Scott, E. W., Simon, M. C., Anastasi, J. & Singh, H. Requirement of transcription factor PU.1 in the development of multiple hematopoietic lineages. Science 265, 1573–1577 (1994).
Browaeys, R., Saelens, W. & Saeys, Y. NicheNet: modeling intercellular communication by linking ligands to target genes. Nat. Methods 17, 159–162 (2020).
Imajo, K. et al. Hyperresponsivity to low-dose endotoxin during progression to nonalcoholic steatohepatitis is regulated by leptin-mediated signaling. Cell Metab. 16, 44–54 (2012).
Kiguchi, N., Maeda, T., Kobayashi, Y., Fukazawa, Y. & Kishioka, S. Leptin enhances CC-chemokine ligand expression in cultured murine macrophage. Biochem. Biophys. Res. Commun. 384, 311–315 (2009).
Metlakunta, A. et al. Kupffer cells facilitate the acute effects of leptin on hepatic lipid metabolism. Am. J. Physiol. Endocrinol. Metab. 312, E11–E18 (2017).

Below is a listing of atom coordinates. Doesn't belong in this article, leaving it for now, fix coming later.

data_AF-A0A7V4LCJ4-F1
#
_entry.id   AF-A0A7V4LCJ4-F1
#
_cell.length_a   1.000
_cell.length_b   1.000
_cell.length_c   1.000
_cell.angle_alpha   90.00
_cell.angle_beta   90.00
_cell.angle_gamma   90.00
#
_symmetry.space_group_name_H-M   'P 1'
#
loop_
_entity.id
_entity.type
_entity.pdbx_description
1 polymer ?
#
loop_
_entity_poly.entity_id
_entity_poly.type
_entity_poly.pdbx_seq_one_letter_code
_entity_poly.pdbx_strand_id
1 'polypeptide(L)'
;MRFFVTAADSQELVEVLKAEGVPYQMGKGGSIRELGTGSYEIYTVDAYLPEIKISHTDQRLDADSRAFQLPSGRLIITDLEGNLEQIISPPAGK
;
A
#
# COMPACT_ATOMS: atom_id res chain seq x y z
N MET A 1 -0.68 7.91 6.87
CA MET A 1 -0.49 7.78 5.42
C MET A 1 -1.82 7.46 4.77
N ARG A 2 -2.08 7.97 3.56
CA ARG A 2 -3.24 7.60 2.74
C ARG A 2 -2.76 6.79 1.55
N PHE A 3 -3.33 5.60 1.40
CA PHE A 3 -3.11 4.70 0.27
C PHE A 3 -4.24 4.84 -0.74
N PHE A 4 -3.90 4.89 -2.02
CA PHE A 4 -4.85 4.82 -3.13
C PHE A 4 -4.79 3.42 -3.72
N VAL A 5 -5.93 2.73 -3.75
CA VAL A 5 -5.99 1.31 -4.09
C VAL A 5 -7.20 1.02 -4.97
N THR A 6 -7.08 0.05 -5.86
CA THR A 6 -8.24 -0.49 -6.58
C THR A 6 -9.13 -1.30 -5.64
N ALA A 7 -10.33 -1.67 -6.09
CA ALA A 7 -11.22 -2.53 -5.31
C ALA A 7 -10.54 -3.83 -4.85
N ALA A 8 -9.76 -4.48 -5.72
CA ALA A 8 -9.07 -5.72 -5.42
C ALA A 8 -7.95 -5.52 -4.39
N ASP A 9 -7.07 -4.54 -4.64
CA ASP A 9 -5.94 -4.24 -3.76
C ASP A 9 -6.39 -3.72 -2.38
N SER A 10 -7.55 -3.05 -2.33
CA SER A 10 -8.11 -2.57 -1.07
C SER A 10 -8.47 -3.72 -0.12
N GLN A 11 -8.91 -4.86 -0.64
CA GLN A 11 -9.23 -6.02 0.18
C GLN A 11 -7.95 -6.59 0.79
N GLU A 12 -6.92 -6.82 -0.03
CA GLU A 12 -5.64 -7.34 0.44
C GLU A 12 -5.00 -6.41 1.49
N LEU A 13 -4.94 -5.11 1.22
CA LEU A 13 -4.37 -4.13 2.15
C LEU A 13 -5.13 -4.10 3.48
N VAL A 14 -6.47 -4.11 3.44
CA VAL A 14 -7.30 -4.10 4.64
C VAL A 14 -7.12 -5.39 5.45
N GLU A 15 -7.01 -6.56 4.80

Seidman, J. S. et al. Niche-specific reprogramming of epigenetic landscapes drives myeloid cell diversity in nonalcoholic steatohepatitis. Immunity 52, 1057–1074 (2020).
Link, V. M., Romanoski, C. E., Metzler, D. & Glass, C. K. MMARGE: motif mutation analysis for regulatory genomic elements. Nucleic Acids Res. 46, 7006–7021 (2018).
Goncalves, A. et al. Extensive compensatory cis–trans regulation in the evolution of mouse gene expression. Genome Res. 22, 2376–2384 (2012).
Signor, S. A. & Nuzhdin, S. V. The evolution of gene expression in cis and trans. Trends Genet. 34, 532–544 (2018).
Võsa, U. et al. Large-scale cis- and trans-eQTL analyses identify thousands of genetic loci and polygenic scores that regulate blood gene expression. Nat. Genet. 53, 1300–1310 (2021).
Freimer, J. W. et al. Systematic discovery and perturbation of regulatory genes in human T cells reveals the architecture of immune networks. Nat. Genet. 54, 1133–1144 (2022).
Peake, K. et al. Busulfan as a myelosuppressive agent for generating stable high-level bone marrow chimerism in mice. J. Vis. Exp. 2015, e52553 (2015).
Santhekadur, P. K., Kumar, D. P. & Sanyal, A. J. Preclinical models of non-alcoholic fatty liver disease. J. Hepatol. 68, 230–237 (2018).
Glass, C. K. & Natoli, G. Molecular control of activation and priming in macrophages. Nat. Immunol. 17, 26–33 (2016).